Enter the Year of the Dragon. Our family has been a bit too tied up to plan this year’s Chinese New Year properly, as sadly we have been spending time planning my father-in-law’s funeral.
Planning a funeral is a little like planning a wedding, but with very little lead time and a whole lot of sadness. Friends and relatives have to be informed, the venue booked, accommodation reserved, catering organised, flowers arranged, speeches refined and guests received. About the only thing cheerful about the whole endeavour is that we get to see in person the extended family we only send Christmas cards to, and we can consume vast amounts of cake without feeling guilty.
But before Mr Gochugaru and I embark on our journey to the West Country, we tuck in a small and informal dinner with Travel Couple and St George’s Doctor. I am determined not to miss the annual yee sang so I sneak this in as a starter before our meal of slow-cooked roast pork shoulder and rice with confit shallots.
This year I started with an empty platter and asked for help with the assembly, to make it more of an event. The children usually take over and we don’t get a chance. I think we did quite a good job, despite the simple design.
As a reminder of the ingredients, I went through the Chinese New Year meals we had in previous years. Here are the creations from Junior 2 + Co for the following animal years: Rabbit in 2023, Tiger in 2022, Lockdown Ox in 2021, Rat in 2020, Pig in 2019, Dog in 2018 and Monkey in 2016. We missed a family gathering in the Year of the Rooster in 2017 due to my travelling, as my father was receiving treatment for cancer at the time.
The comment I get most from everyone who has eaten our family yee sang is how ‘it really tastes like the ones we get back home’. Back home is Malaysia. I am sharing the recipe with new readers, from our family to yours. Make a big sharing plate to celebrate with your family and friends wherever you are in the world.
Note: our family version of yee sang is vegan and oil-free. The vegetables are shredded fresh on the day, unlike commercial yee sang served in restaurants where most of the vegetables are dry, pickled or coloured and deep-fried. It takes some time to make this salad but it gives so much pleasure to everyone involved in the tossing of the salad to bring good fortune.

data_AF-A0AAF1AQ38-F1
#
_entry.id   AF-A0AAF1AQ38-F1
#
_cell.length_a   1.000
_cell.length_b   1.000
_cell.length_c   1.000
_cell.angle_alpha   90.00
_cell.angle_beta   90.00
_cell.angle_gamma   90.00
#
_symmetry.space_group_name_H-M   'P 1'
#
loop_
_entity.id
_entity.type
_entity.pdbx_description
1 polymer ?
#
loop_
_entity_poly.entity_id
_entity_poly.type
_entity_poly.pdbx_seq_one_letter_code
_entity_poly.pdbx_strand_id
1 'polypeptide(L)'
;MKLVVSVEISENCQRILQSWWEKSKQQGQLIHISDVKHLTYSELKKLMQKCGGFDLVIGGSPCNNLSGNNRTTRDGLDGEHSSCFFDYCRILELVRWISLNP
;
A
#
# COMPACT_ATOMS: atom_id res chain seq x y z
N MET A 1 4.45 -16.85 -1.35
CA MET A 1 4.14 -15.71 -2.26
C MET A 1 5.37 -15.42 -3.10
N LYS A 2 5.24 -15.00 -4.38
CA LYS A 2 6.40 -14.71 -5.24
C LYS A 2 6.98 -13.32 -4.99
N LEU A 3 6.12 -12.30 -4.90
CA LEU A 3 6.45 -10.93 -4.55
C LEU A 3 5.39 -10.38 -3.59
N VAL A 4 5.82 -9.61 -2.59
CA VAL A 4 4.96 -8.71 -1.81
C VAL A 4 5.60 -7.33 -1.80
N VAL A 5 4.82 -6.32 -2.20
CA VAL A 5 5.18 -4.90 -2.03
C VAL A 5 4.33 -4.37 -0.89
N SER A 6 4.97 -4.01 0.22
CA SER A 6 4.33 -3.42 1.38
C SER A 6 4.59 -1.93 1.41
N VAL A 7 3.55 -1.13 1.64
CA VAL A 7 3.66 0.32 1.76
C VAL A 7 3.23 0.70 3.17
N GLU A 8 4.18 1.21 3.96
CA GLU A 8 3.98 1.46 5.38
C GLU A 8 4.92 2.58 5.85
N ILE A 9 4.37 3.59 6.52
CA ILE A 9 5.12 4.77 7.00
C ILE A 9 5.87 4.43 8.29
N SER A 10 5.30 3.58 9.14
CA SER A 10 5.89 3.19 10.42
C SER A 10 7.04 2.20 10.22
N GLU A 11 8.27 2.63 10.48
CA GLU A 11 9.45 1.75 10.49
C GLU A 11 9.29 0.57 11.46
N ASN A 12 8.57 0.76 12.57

Yee Sang in a Nutshell:
The shopping list is long and made up of red and green salad leaves, carrot, daikon/mooli, unripe mango, pomelo, pomegranate seeds, fresh coriander, spring onion, pickled sushi ginger, pickled silverskin onions, roasted unsalted peanuts, toasted sesame seeds, red and green chillies, lime leaves, plum jam, limes and rice vinegar. The crackers are deep-fried sliced gyoza skins.
Yee Sang in Detail:
Wash and refresh one or two heads of red salad leaves e.g. radicchio, red oak leaf, red chicory or ruby gem lettuce. Sometimes we add green salad leaves e.g. rocket, little gem or butter lettuce. This will line the tray.
Start with sensible quantities of spiralized carrot, daikon/ mooli and shredded unripe mango. This will form the backbone of the dish. Sometimes we add finely shredded red cabbage.
For a burst of flavour add small quantities of peeled pomelo, pomegranate seeds, fresh coriander leaves and shredded spring onion.
For additional sweet-sour flavours add pickled sushi ginger and thinly sliced pickled silverskin onions.
For nuttiness add chopped roasted unsalted peanuts and toasted sesame seeds.
For real crunchiness slice some dumpling skin and deep-fry to make the crackers. I have found that gyoza dumpling skins are better for this than wantan dumpling skins as they are thicker and puff up attractively.
Add sliced chillies (one red and one green) for a shot of heat.
Finally for the je ne sais quoi moment, add the secret ingredient of finely shredded lime leaves. You need to take the centre stem off the leaf then place them in a stack and using your sharpest knife, slice them as thinly as you can.
For the Dressing (for a 6 person salad, so please double or triple as necessary)
200g plum jam (I use Bonne Maman’s Mirabelle Plum Jam)
2 tablespoons lime juice
1/2 tablespoon rice vinegar
There are more yee sang platters planned for the next two weeks as we see our extended family based in the UK. I then leave for Kuala Lumpur and arrive just in time for Chap Goh Mei, which is the 15th and final night of the Chinese New Year. I have a strict timetable when looking after my mother so there is usually very little time for social activities. It is therefore so lovely that we are able to gather round the table to share family meals when I am here in London.